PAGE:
Article 247 of the Revised Penal Code

Article 247 of the Revised Penal Code involves death or physical injuries inflicted under exceptional circumstances. It states that:

“Any legally married person who having surprised his spouse in the act of committing sexual intercourse with another person, shall kill any of them or both of them in the act or immediately thereafter, or shall inflict upon them any serious physical injury, shall suffer the penalty of destierro. 

If he shall inflict upon them physical injuries of any other kind, he shall be exempt from punishment. 

These rules shall be applicable, under the same circumstances, to parents with respect to their daughters under eighteen years of age, and their seducer, while the daughters are living with their parents. 

Any person who shall promote or facilitate the prostitution of his wife or daughter, or shall otherwise have consented to the infidelity of the other spouse shall not be entitled to the benefits of this article.”

In the case of People vs. Araquel, the Supreme Court explained the rationale of Article 247, to wit:

“As may readily be seen from its provisions and its place in the Code, the above-quoted article, far from defining a felony, merely provides or grants a privilege or benefit _ amounting practically to an exemption from an adequate punishment _ to a legally married person or parent who shall surprise his spouse or daughter in the act of committing sexual intercourse with another, and shall kill any or both of them in the act or immediately thereafter, or shall inflict upon them any serious physical injury. Thus, in case of death or serious physical injuries, considering the enormous provocation and his righteous indignation, the accused – who would otherwise be criminally liable for the crime of homicide, parricide, murder, or serious physical injury, as the case may be – is punished only with destierro.  And where physical injuries other than serious are inflicted, the offender is exempted from punishment. In effect, therefore, Article 247, or the exceptional circumstances mentioned therein, amount to an exempting circumstance, for even where death or serious physical injuries is inflicted, the penalty is so greatly lowered as to result to no punishment at all.”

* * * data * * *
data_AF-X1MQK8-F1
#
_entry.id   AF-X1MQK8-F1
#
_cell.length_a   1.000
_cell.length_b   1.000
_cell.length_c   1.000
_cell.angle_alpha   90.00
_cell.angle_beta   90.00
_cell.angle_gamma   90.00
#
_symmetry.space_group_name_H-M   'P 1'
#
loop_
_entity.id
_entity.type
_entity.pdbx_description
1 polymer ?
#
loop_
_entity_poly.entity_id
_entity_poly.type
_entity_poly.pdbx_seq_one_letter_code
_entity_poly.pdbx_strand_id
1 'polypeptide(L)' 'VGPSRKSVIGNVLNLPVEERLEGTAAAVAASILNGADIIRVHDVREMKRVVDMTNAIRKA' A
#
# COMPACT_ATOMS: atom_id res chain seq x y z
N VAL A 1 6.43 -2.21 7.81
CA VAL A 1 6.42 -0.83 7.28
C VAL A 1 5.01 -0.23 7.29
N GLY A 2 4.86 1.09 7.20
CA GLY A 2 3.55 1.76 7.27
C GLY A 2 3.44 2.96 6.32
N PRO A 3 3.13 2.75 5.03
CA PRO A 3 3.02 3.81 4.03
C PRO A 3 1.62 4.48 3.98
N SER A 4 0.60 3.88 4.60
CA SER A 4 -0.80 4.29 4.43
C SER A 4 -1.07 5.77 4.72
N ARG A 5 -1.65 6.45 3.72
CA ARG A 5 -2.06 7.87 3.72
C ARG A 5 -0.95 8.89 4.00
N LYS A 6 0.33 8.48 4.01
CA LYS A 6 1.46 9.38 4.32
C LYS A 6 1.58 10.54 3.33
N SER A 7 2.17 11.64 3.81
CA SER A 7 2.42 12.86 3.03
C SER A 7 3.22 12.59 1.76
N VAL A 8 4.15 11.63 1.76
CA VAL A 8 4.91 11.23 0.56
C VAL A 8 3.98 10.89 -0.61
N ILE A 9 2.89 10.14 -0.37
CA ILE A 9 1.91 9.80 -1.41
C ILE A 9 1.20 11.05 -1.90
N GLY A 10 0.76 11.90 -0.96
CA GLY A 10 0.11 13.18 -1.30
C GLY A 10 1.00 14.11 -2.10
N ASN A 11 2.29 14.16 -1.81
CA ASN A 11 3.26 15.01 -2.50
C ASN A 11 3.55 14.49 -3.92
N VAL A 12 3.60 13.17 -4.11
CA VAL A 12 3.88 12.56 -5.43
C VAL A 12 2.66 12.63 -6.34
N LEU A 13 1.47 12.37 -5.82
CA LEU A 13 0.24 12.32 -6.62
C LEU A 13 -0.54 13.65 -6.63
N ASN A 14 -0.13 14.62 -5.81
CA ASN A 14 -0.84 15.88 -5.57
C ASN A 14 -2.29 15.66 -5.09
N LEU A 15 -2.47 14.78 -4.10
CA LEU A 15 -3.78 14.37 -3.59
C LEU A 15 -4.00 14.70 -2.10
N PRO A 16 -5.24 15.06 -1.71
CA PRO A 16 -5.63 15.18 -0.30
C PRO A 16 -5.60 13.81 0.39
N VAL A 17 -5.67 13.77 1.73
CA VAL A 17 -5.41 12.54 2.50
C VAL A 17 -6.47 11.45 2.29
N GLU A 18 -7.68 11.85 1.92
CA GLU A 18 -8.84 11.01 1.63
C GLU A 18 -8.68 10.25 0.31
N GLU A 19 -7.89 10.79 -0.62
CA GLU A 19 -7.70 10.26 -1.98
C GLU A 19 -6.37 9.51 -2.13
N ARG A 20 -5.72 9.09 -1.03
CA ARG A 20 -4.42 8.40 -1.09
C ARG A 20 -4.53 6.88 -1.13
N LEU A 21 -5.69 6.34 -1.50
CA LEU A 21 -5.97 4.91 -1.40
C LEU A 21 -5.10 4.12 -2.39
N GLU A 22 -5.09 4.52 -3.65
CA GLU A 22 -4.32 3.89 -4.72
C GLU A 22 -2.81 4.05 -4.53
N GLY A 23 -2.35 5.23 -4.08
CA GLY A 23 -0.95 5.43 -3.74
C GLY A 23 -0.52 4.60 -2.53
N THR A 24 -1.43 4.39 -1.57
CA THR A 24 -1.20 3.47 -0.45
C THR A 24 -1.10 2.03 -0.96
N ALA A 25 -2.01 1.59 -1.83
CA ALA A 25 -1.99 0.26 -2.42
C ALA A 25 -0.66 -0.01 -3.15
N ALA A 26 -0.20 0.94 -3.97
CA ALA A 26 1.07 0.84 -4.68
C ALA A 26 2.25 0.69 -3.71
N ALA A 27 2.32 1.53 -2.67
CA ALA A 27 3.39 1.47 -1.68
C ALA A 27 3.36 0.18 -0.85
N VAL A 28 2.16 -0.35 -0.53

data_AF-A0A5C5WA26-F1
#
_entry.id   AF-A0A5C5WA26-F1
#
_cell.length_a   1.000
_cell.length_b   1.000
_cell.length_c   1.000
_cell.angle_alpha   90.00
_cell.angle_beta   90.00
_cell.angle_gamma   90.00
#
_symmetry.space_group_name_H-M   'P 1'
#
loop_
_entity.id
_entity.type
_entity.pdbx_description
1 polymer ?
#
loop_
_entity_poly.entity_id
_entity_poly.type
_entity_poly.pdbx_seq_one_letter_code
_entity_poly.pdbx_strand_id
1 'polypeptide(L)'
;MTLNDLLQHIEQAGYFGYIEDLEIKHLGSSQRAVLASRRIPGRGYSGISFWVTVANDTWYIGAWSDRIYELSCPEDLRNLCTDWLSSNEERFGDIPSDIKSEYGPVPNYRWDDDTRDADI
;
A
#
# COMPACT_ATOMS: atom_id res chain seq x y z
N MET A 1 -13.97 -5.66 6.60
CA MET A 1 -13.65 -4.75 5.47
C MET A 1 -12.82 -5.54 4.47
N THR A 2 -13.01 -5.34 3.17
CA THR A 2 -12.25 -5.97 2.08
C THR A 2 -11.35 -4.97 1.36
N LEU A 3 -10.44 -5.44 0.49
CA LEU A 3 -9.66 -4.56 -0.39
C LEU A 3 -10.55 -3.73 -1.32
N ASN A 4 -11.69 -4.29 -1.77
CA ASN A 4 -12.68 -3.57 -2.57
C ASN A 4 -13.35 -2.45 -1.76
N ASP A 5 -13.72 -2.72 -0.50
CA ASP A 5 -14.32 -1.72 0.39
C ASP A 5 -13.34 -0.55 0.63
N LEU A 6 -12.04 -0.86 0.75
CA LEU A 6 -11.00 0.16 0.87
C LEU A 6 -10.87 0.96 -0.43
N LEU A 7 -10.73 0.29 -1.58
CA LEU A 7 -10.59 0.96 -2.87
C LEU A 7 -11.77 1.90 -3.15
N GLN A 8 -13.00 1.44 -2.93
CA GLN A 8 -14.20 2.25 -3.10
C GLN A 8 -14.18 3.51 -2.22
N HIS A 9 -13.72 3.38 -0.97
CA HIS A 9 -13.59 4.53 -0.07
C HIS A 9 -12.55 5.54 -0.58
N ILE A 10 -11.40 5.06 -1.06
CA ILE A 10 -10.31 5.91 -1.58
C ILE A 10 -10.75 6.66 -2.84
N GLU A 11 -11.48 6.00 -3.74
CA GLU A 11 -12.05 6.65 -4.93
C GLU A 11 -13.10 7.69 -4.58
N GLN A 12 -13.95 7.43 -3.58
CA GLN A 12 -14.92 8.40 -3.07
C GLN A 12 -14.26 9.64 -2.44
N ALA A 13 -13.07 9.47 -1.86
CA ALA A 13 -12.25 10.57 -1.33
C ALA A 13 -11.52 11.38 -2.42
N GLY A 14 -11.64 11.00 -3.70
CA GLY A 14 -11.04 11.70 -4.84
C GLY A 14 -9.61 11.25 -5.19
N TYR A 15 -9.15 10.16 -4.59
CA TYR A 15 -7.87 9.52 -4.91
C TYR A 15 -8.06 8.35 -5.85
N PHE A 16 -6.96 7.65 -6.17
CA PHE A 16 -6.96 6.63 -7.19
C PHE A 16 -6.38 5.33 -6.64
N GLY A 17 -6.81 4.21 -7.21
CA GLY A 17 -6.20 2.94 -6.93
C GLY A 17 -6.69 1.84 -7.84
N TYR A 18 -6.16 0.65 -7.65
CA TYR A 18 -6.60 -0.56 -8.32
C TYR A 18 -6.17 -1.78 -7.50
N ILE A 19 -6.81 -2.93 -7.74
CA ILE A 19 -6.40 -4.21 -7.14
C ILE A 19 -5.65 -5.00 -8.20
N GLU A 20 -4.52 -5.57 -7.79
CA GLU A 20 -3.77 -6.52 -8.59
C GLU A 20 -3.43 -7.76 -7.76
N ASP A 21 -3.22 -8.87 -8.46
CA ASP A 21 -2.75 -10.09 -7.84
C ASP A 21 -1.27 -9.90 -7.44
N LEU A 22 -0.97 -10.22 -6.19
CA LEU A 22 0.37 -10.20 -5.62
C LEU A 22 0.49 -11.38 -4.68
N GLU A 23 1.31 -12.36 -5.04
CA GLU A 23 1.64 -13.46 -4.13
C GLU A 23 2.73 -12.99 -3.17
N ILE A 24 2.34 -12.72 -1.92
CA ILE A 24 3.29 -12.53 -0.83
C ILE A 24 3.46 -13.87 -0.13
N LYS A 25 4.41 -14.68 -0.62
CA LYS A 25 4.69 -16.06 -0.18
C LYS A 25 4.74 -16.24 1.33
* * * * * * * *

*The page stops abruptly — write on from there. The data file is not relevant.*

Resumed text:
For Article 247 to apply these elements must be present:

1. The offender is any legally married person;

2. The offender surprises his spouse in the act of committing sexual intercourse with another person;

3. The offender kills or seriously injures any or both of them;

4. The offender kills or seriously injures during the act of sexual intercourse or immediately thereafter.

The term “immediately thereafter” means that from discovery to the escape and the killing, there must be no interruption or interval of time. The pursuit and the killing must form part of one continuous act. However, it is not necessary that the victim is to be killed instantly by the accused after surprising his spouse in the act of intercourse with another person. What is required is that the death caused must be the proximate result of the outrage overwhelming the accused after chancing upon his spouse in the act of infidelity. This is because the purpose of the law is to afford protection to a spouse who is considered to act in a justified outburst of passion or a state of mental disequillibrium.

The act of commiting sexual intercourse means that a carnal act is being committed by the victims at the time they are killed or injured by the offender. Thus, it does not apply when a man kills his wife just because he saw another man jump out the window of his house upon his arrival or when his spouse and another man are merely sleeping on the same bed. It also does not include acts preparatory to sexual intercourse. 

If death or serious physical injuries occur, the punishment is destierro. However, the banishment is intended more for the protection of the offender rather than a penalty. 

This article cannot be availed by persons who have promoted or facilitated prostitution of their wife or daughter nor by those who have consented to the infidelity of the other spouse.